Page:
Because my daughters were in school, my family did not join me this time; they stayed in the United States. I lived in a half-suite at the Sheraton in Kuwait. During this time, between 1984 and 1986,1 had a chance to see how a bank loan portfolio can grow in a fictitious boom and how many took advantage of “easy” credit terms and loose credit standards. I experienced how corruption can change the fiber of a society and how money matters can cause deep feuds between leading families and create irreparable fractures in a society. I also was close to the raging Iran-Iraq war, and I saw daily convoys of hundreds of trucks carrying tanks, military supplies, wheat, and food supplies traveling to Iraq from a Kuwaiti port dedicated to support the Iraqi war efforts (Shua'iba Port). Before I left Kuwait to go back home in 1986. I told my Kuwaiti friends, “Those tanks you are sending to Iraq may come back to threaten your safety and security.” Indeed, in 1990, the late President Saddam Hussein invaded Kuwait, and the U.S. Marines came to the Kuwait Sheraton! The rest is history.

In 1986, I returned to California and found a job as a financial consultant with Shearson Lehman (later to merge with American Express and subsequently in many other mergers to become Smith Barney/Citigroup). As I began to work in the financial industry, a dream started forming in my head. My dream was to start a bank or a financial institution for our community.

During all these years, I had remained in close and continuous touch with the community by serving with my wife in the Islamic Center of each city we lived in. My wife and I helped start Sunday schools for the children; I delivered the Friday sermon (khutbah) and led the congregational prayers. I also performed and officiated at wedding ceremonies, presided over marriage conflict resolution and family matters, prepared the dead for burial, and taught in the Sunday program to the youths and adults. I was called upon to travel around the United States and Canada to help motivate local Muslim communities to donate generously for the building and financing of masajid (mosques) and full-time Islamic schools designed along the same models of Catholic and Jewish schools in the United States, Europe, and the rest of the world.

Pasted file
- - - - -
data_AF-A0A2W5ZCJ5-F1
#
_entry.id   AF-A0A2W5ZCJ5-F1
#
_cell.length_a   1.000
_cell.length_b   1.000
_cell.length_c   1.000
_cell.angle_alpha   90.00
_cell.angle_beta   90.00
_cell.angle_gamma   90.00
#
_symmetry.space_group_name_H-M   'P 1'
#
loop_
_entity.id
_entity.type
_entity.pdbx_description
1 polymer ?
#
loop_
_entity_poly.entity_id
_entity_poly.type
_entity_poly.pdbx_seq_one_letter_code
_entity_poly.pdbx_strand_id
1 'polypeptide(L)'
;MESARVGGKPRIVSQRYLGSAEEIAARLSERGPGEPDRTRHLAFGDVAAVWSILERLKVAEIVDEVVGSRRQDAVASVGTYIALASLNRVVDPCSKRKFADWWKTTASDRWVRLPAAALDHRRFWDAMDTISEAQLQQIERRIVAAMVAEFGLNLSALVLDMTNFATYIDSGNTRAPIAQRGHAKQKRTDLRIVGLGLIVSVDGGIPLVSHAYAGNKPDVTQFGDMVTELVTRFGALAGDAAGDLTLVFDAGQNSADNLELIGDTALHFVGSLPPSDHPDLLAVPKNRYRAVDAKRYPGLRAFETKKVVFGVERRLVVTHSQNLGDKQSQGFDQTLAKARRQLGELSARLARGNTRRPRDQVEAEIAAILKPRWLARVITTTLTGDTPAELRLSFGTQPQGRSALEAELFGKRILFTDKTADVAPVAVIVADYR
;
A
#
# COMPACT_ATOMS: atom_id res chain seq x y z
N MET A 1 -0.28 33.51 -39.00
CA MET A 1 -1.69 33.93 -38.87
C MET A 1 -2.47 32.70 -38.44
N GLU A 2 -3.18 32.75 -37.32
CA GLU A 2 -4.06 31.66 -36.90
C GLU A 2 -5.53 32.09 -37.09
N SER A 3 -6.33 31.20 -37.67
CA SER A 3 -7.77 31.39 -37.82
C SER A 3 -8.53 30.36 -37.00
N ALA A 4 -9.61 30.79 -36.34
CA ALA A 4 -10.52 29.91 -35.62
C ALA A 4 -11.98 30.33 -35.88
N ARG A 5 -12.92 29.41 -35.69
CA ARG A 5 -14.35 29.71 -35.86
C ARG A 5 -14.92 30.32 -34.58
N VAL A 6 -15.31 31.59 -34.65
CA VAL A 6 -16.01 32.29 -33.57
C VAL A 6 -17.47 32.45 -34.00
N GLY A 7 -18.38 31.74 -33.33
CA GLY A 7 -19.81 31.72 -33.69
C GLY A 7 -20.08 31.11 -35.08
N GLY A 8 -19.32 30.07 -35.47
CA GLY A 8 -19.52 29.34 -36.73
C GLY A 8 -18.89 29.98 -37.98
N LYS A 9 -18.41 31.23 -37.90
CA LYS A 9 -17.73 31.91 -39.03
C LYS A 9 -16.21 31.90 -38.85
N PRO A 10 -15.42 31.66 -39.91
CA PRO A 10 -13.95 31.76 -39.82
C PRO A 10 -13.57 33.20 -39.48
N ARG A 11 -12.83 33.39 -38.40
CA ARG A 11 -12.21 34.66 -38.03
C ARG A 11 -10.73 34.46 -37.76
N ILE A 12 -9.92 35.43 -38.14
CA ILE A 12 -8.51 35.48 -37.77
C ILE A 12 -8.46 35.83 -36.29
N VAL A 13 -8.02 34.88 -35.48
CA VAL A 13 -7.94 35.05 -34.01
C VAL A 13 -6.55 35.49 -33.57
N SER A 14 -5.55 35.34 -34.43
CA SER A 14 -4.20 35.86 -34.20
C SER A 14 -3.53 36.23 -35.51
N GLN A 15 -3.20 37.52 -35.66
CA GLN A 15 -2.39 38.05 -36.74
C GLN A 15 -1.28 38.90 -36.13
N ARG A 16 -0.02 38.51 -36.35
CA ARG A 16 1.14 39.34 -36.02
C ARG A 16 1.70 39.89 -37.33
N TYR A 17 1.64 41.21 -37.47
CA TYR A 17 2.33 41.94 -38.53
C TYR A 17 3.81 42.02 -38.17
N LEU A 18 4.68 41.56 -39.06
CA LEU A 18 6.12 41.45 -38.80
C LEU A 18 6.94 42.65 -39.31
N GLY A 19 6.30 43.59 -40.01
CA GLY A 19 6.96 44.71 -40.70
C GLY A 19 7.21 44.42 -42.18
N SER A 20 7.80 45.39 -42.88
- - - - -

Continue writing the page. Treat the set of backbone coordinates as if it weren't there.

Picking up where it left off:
When we moved from Dallas, Texas, to Los Angeles, California, in 1977, I was elected to the board of directors of the Islamic Center of Southern California. I left the board when we moved to Houston in 1981. In Houston, my wife and I started activating, formalizing, structuring, and institutionalizing the Islamic Sunday school and helped in the organization and operation of the Islamic Center there. After moving back from Houston to Los Angeles, I was again elected to the board and was given the responsibility of chairman of the finance committee at the Islamic Center of Southern California (ICSC). There, I applied what I had been learning all these years. Our team restructured the Center's finances, started a program for automatic donations from members' checking accounts to ensure that the Center employees' salaries and overhead could be provided for on a regular basis, and developed operating policies for the Center. Most important of these policies was to rely only on donations from the American Muslim community. Our policy allowed the acceptance of donations from noncommunity sources and others from outside the United States, but not from governments. It was difficult in the beginning. However, it has been my experience that when you put people to the challenge and articulate your goals to them, you will capture their imagination to join you. Then what seems impossible can become possible. Doing this for all those years gave me the opportunity to understand the community, share its joys and dreams, and feel its pains. It also gave me a chance to meet the youth and children — the new breed of Americans who are Muslim. I saw the future in them, and I had no doubt that it was going to be a very bright and promising future.

During my many fundraising trips, and on my way back home, I started thinking about the future of our community. I asked myself: When were we going to stop “begging” and start building the financial muscles of our community? How could we develop an Islamic finance solution to help solve the problem of many Muslim “puritans,” who preferred living in small, crowded, and shabby apartments rather than commit the grave sin of participating in the prohibited riba by borrowing money with interest to finance the purchase of a home? How could we bring these families out of the apartments and into suburban America, where they could meet new neighbors, live a more comfortable life, and send their children to wonderful neighborhood schools, integrating them in America to live a full American life, but without interest (riba)? How could we create an RF financial institution that would be capable and qualified to gather the community's savings and be qualified to invest these savings prudently back in the community, with qualified, dedicated, and honorable community members who have experience, good ideas, and good projects? If we could realize this dream, I knew we could empower the community, help its growth, and create wealth and economic prosperity and job opportunities for many. The answer to this question was to start an RF bank or an RF finance company. The biggest problem was the challenge of operating that institution without riba.